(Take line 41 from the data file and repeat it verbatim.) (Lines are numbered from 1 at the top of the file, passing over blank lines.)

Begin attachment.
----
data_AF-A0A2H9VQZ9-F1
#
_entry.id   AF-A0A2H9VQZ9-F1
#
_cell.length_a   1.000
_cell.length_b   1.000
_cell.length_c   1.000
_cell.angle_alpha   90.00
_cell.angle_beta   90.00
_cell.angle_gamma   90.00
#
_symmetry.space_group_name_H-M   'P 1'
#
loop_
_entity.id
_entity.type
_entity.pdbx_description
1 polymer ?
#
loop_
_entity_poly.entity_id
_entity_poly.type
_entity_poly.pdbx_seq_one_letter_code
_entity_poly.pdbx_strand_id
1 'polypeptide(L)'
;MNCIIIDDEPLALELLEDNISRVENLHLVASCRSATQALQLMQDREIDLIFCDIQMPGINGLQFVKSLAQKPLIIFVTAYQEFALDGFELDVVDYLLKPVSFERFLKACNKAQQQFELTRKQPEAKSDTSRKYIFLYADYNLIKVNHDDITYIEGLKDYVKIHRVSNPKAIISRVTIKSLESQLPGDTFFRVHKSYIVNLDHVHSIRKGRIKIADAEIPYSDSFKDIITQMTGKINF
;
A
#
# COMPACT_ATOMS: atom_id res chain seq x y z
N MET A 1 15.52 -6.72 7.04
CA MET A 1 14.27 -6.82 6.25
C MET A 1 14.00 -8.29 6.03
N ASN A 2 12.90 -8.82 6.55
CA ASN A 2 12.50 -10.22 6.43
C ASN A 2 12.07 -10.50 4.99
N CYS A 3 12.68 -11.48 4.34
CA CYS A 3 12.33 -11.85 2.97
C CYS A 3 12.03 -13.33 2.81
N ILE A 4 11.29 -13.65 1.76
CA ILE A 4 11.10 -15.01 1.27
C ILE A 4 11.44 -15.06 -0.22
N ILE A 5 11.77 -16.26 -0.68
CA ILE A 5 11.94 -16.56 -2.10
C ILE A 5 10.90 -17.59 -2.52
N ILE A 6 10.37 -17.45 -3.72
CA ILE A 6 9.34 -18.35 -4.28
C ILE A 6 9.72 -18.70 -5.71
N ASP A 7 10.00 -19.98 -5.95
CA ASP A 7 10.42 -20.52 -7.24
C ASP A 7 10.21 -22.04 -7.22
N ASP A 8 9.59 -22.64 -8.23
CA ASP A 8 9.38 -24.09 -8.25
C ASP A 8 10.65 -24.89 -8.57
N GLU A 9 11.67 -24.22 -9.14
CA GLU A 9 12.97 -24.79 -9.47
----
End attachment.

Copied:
CA ILE A 4 11.10 -15.01 1.27